Florida Supreme Court funding case ruling: Just a beginning
The Florida Supreme Court's decision not to accept jurisdiction on parents' lawsuit challenging the state's education funding adequacy marks the end of three years of procedural wrangling over a case that lawmakers clearly didn't want to see go to a judge.
But the court's action in no way gives a hint as to which way the case will go.
"It is just a procedural thing," said Jodi Siegel, executive director of the Southern Law Center, which brought the suit along with a couple of other groups. "They did not make any kind of opinion on the merits."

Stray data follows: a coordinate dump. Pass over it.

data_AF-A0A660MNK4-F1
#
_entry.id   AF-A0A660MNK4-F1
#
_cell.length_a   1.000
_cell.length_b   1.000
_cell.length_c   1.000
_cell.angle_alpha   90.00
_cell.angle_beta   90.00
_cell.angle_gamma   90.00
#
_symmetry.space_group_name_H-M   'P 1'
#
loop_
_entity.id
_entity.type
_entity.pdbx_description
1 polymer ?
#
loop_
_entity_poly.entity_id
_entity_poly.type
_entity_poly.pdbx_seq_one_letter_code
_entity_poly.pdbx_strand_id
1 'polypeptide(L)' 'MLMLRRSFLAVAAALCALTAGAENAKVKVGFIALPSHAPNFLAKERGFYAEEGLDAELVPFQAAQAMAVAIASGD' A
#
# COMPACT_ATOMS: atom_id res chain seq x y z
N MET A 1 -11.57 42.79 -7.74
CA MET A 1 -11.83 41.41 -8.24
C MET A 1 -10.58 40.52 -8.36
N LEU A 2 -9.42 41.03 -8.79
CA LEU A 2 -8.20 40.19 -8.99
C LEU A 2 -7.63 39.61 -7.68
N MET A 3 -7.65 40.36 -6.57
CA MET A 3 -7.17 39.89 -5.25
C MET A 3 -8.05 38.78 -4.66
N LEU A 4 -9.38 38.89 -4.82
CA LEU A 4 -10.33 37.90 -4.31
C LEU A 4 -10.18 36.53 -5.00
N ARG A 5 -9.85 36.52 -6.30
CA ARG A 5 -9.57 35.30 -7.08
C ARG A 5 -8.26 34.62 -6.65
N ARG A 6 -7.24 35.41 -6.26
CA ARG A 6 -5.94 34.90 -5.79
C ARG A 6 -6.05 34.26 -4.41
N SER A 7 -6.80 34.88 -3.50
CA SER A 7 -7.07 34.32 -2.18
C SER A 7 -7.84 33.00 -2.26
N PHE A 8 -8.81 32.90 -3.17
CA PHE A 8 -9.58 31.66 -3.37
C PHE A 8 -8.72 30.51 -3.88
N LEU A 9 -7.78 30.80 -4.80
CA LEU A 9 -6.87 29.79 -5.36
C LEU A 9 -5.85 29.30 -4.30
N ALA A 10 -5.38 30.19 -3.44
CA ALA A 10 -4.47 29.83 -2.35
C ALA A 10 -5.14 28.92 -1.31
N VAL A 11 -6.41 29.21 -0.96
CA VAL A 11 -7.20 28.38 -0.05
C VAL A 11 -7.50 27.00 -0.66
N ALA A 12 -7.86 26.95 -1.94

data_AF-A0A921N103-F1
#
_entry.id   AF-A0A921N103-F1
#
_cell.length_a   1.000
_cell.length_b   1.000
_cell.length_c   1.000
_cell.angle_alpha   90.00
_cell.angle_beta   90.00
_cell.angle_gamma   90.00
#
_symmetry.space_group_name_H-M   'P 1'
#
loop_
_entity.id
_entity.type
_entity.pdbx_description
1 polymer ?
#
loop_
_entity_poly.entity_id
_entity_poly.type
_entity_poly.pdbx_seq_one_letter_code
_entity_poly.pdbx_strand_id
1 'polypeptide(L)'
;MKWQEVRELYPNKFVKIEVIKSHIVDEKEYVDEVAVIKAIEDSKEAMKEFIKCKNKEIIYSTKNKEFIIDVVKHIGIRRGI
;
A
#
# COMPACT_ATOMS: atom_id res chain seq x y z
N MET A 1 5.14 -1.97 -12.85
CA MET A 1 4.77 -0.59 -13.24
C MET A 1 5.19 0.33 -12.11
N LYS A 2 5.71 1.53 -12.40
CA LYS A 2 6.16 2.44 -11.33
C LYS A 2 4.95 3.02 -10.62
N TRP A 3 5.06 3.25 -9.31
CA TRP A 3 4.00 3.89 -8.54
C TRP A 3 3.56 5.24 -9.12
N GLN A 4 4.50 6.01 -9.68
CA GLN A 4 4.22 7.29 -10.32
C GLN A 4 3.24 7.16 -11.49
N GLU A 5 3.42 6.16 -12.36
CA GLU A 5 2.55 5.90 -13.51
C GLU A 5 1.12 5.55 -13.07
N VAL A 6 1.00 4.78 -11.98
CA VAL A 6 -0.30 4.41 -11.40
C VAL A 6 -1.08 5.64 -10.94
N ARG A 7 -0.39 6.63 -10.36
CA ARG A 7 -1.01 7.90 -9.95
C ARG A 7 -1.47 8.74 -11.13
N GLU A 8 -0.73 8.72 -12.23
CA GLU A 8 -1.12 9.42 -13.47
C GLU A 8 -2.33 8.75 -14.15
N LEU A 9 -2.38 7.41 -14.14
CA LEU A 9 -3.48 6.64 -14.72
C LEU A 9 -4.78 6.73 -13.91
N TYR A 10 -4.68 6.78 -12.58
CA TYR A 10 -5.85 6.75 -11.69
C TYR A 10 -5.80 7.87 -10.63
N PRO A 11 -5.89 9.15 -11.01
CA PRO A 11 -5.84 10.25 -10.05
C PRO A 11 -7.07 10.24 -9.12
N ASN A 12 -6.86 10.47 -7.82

Siegel did not take the court's move lightly, though.
"It was an important step," she told the Gradebook. "They've allowed us to go forward at the trial level after three years of trying to get to present our case."
She noted that the state took some extraordinary steps, including seeking a writ of prohibition, to stop the case. Such efforts prolonged the battle on pure process. Over time, Siegel acknowledged, some of the facts at hand might have changed. But "we surely don't think in the three years the situation has improved to the point where we don't need the case any more," she added.
The complainants expect to spend the next few months regrouping, reviewing facts and getting their case prepared for trial. No date has yet been set.